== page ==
Jeffrey Wigand, in case you don’t remember, is the Brown & Williamson chemist who accused his company of intentionally manipulating the tobacco blend to increase the amount of nicotine in cigarette smoke, thereby increasing the so-called ‘impact’ to the smoker, and was portrayed by Russell Crowe in the movie “The Insider.” He’s one of the biggest corporate whistleblowers in recent history, and he helped bring about some pretty major change in the tobacco industry.
Well, if healthcare reform happens in any substantive way this year–and that’s not a given by any means right now–then Wendell Potter might be one of the motivating forces. Potter is the former head of corporate communications and chief corporate spokesman at insurance giant CIGNA, and his recent testimony about industry practices has been impressive (though it could use a bit more coverage).
Potter confirms what watchers of the industry have known for a long time–insurance companies are not in the business of providing health care, especially when it comes to expensive procedures. They’re in the business of making profits for their stockholders, and paying out hefty claims is at direct odds with that business, so whenever possible, they refuse to do so.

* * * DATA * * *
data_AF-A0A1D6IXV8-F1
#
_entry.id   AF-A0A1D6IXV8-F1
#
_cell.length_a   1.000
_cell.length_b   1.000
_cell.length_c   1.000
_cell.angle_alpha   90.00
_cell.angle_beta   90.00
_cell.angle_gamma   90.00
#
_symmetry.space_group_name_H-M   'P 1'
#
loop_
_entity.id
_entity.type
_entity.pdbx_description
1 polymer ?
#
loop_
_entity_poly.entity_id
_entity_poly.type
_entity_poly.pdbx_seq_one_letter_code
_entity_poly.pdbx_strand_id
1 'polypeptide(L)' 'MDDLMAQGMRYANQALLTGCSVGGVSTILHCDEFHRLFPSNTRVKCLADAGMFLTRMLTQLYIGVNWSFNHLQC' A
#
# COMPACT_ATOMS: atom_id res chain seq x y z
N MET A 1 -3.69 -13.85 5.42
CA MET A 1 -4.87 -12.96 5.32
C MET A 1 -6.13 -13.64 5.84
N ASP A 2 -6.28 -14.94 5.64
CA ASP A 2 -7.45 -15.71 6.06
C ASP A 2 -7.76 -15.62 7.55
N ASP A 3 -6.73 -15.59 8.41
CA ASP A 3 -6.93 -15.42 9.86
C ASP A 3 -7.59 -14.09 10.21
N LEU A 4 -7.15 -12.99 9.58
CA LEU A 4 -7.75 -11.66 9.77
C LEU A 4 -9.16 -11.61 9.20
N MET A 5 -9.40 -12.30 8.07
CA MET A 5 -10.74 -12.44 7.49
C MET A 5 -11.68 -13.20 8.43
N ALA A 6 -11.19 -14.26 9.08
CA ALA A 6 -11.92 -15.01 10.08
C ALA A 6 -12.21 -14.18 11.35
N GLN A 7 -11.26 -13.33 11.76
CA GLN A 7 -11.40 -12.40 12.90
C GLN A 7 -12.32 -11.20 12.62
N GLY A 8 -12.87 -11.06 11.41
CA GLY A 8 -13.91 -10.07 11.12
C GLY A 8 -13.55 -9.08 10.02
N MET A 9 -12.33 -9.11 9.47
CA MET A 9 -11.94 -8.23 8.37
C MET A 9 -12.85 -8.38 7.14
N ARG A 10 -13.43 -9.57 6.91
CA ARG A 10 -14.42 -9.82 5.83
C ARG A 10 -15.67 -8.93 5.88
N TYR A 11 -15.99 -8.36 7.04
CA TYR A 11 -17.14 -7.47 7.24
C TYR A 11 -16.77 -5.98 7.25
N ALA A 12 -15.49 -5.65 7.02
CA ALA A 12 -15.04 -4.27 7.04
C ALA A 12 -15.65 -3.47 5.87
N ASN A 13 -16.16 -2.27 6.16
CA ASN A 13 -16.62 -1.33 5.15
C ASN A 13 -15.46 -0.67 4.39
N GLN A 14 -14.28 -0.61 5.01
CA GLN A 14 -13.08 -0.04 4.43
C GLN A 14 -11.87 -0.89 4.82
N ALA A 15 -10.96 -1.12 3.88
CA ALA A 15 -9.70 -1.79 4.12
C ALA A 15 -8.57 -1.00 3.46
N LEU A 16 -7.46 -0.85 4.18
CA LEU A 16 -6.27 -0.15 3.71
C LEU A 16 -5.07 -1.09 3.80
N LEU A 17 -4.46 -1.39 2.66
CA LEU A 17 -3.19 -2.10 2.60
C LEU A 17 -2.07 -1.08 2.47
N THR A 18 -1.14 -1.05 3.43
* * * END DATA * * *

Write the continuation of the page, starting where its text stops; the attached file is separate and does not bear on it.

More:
Rescission is one way in which insurers have sought, as Potter puts it, to “meet Wall Street’s relentless profit expectations.” Insurance companies will cancel a policy claiming that customers failed to disclose key information about their condition, even in cases where the companies themselves recorded that same information. An investigation by the House Energy and Commerce subcommittee on oversight and investigations found that health insurers WellPoint Inc., UnitedHealth Group and Assurant Inc. canceled the coverage of more than 20,000 people, avoiding paying out more $300 million over a five-year period. They targeted people with serious conditions such as breast cancer, lymphoma and high blood pressure. When Rep Bart Stupak (D-Mich) asked the heads of the three insurers if they would eliminate the practice of dropping sick patients off the rolls except in those cases of “intentional fraud,” all three refused.
Potter’s come-to-Jesus moment apparently started when he went to visit family in Tennessee and saw a health care expedition advertised in Virginia. He found people standing in the rain for hours to be served by doctors who had set up examination rooms in animal stalls, in tents, and on gurneys on rain-soaked pavement.
So far, Wendell Potter’s media tour seems to have been limited to independent media–Democracy Now! and Bill Moyers Journal, primarily–and it shouldn’t be any surprise that corporate media hasn’t picked up on the story. After all, when Jeffrey Wigand told his story to 60 Minutes, CBS spiked it at the request of Westinghouse, its parent company. Health care companies are big advertisers, and these are tough economic times.